Pop culture aficionado Robert Conte on his flashy new Art of Atari book

The late '70s and early '80s were the true glory days of home video games and arcades, and the storied name of Atari reigned as one of the crowned champions in the exploding electronic amusement market.  Once the initial invasion of Atari 2600 consoles were found under Christmas trees in 1977, the video game supernova began.

Dramatic box art from these first-gen titles acted like mini movie posters, often selling a story and style that the game's graphics couldn't. From Pole Position and Space Invaders to Asteroids, Yar's Revenge, and Defender, much of the emotional resonance came from this vivid painted art that Atari brass approached with such love and attention. There was a disappointing disconnect between the sophisticated images and the primitive pixels in actual gameplay, but the artwork provided enchanted windows into the game's core experience in a way technology didn't deliver at the time.  It took a talented team of commissioned artists and illustrators to bridge this gap and add a pivotal dimension to the legendary Atari product line.

A new book by pop culture historian Robert V. Conte and author Tim Lapetino titled Art of Atari seeks to resurrect those nostaglic days by collecting a retrospective of original artwork in a 352-page prestige coffee-table edition. Conte, a certified Atari maniac has coralled a rare assortment of Atari game boxes and packaging concept art from his personal hoard and collectors' dens worldwide to celebrate the triumphant days when the video game age was born.  Art of Atari is published by Dynamite Entertainment and available Oct. 25, 2016.

Blastr chatted with Conte on this lavish new Atari book, memories of holidays past and how the visionary company took the planet by storm and summoned the video game era. Grab a Slurpee and listen in as he catapults us back to those gentler pre-Internet times, then check out our preview pages in the gallery below.  

All images courtesy of Dynamite Entertainment, Inc. and Robert V. Conte collection.


What was the genesis of this Art of Atari book project and what is your unique perspective on the material and the cultural time capsule it exists in?

I have been a professional in the area of pop culture for over 25 years.  For the past decade or so, a book about Atari was on my short list of projects to do. Growing up with the Atari Video Computer System (later renamed the Atari 2600) was a large part of my childhood, and my number-one obsession from late 1980 to early 1984. I was having a conversation with a longtime colleague at Dynamite Entertainment where he mentioned the company had acquired publishing rights to the iconic brand. I was asked to make a pitch and here we are. I am Editorial Consultant on the project and have written the Afterword.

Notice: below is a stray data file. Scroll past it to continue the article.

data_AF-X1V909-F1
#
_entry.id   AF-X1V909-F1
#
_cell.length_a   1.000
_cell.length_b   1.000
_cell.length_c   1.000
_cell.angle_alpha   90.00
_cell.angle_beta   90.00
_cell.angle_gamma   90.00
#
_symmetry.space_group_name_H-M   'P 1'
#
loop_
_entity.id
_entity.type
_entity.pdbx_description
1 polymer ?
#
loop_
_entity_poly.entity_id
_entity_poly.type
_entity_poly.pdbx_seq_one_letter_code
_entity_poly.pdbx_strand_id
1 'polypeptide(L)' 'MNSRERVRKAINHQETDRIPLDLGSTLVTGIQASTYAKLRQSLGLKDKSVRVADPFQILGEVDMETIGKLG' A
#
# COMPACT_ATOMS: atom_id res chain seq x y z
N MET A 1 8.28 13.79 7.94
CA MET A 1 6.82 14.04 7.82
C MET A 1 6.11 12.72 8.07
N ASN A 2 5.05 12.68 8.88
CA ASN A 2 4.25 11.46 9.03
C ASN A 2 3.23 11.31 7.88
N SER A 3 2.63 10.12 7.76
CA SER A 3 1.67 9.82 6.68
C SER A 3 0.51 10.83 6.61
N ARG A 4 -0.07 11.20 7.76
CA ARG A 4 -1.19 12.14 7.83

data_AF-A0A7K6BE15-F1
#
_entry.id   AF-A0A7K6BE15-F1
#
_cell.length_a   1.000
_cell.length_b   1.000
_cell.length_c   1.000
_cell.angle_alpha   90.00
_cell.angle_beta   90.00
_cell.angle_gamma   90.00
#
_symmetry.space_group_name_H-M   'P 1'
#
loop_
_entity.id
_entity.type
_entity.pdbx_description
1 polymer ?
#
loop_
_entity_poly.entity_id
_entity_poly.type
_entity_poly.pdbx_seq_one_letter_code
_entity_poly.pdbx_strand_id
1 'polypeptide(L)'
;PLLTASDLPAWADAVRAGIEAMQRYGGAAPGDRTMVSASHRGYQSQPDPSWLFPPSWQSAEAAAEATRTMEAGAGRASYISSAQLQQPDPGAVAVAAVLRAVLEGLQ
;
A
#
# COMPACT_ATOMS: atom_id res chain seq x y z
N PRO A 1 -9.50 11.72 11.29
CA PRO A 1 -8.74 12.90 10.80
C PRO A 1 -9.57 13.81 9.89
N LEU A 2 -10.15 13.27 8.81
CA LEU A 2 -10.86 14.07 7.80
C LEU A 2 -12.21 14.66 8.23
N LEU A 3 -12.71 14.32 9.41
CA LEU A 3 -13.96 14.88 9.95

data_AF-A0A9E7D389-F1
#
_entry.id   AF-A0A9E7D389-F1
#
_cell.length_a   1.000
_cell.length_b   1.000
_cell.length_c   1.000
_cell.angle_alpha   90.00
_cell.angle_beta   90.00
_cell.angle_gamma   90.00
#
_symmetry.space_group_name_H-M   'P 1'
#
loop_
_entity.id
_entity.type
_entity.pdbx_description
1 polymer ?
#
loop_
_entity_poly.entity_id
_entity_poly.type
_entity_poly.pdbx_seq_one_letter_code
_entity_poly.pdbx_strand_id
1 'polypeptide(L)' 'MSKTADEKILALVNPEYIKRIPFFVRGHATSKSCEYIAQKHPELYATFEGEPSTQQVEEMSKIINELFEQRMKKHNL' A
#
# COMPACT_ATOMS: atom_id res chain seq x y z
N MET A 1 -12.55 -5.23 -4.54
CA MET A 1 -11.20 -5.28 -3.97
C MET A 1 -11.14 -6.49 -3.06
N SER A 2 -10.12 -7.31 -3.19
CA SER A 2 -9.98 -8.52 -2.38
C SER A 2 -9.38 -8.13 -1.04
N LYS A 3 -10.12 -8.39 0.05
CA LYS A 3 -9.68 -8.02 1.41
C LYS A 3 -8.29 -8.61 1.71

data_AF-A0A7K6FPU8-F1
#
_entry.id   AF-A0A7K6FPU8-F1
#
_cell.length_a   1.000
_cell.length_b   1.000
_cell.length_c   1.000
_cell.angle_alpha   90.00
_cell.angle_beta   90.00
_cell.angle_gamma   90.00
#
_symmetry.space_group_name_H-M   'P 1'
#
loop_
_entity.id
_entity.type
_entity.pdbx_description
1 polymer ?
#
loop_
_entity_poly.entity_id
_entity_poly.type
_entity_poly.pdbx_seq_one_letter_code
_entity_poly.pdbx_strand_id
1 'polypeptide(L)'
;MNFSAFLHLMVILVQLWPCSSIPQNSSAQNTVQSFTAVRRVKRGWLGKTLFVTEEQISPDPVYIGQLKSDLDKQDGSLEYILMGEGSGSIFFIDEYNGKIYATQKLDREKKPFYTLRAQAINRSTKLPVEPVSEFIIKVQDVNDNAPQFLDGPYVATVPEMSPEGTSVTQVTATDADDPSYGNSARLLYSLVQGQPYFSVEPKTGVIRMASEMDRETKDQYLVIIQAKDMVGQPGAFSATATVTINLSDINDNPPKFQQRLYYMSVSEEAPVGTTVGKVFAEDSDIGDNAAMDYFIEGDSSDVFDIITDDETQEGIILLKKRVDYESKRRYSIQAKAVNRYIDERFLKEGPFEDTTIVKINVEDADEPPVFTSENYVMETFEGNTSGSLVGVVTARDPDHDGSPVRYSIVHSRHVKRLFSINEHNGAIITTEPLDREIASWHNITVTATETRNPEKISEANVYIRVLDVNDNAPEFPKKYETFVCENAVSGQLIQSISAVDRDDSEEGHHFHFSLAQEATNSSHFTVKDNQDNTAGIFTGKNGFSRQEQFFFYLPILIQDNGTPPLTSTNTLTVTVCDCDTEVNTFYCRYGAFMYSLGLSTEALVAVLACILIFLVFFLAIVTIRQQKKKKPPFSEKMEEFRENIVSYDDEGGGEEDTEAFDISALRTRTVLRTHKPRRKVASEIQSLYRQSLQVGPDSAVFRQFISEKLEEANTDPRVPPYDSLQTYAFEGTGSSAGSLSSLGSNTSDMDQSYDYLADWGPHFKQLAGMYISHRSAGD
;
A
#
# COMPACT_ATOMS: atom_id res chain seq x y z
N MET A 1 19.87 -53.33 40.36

Why is Atari such a technological touchstone for those who grew up during that era?

Most Americans born before 1975, in my opinion, are the last people to know what the world was like before home video games. Before Atari’s Pong and Stunt Cycle systems hit the marketplace, playing ball, roller skating, bike riding, and the occasional television program were what kids did after school and on weekends. Unlike most of its competition, Atari — whether intentionally or not — perfectly marketed their games for preteens (like my then self) and teens. My brothers and I would go to arcades, candy shops, gas stations — wherever there would be video games for a mere quarter per play. There was a time when our entire weekly allowance went inside the cabinets of Asteroids, Missile Command, Centipede — we would play to our hearts' content. When the VCS/2600 editions of these games were released, it was exciting because, in some respects, they were different than their arcade counterparts. For instance, the arcade version of Asteroids was a vector-based game with a black-and-white screen that required five control buttons to play: Left. Right. Thrust. Fire. Hyperspace. Later, Atari re-released the game with an overlay on the screen to create the illusion of color but, to me, the buttons were still too cumbersome. When Asteroids was released for the VCS/2600 in 1981, the game was in complete color and all its functions were controlled by a single joystick. Kids with small fingers and/or bad coordination were in heaven! (Laughs)


How is this Atari book different than working on the Star Wars Topps Cards books?

Topps did not save their original reproduction films for most of their early trading cards, so Abrams ComicArts (publisher of the four Topps Star Wars books) needed mint-condition cards, stickers, boxes and promotional items to scan for the book series. From the mid-1970s to mid-1980s, I was one of the “weird" kids who would buy multiple packs of cards, save his doubles and triples to make mint-condition sets, and store them away. My mother and grandmother thought this was bizarre and a complete waste of money. Now that those same materials were actually published as part of official Star Wars product almost 40 years later, I am finally vindicated!

What was the collaboration with Tim Lapetino like?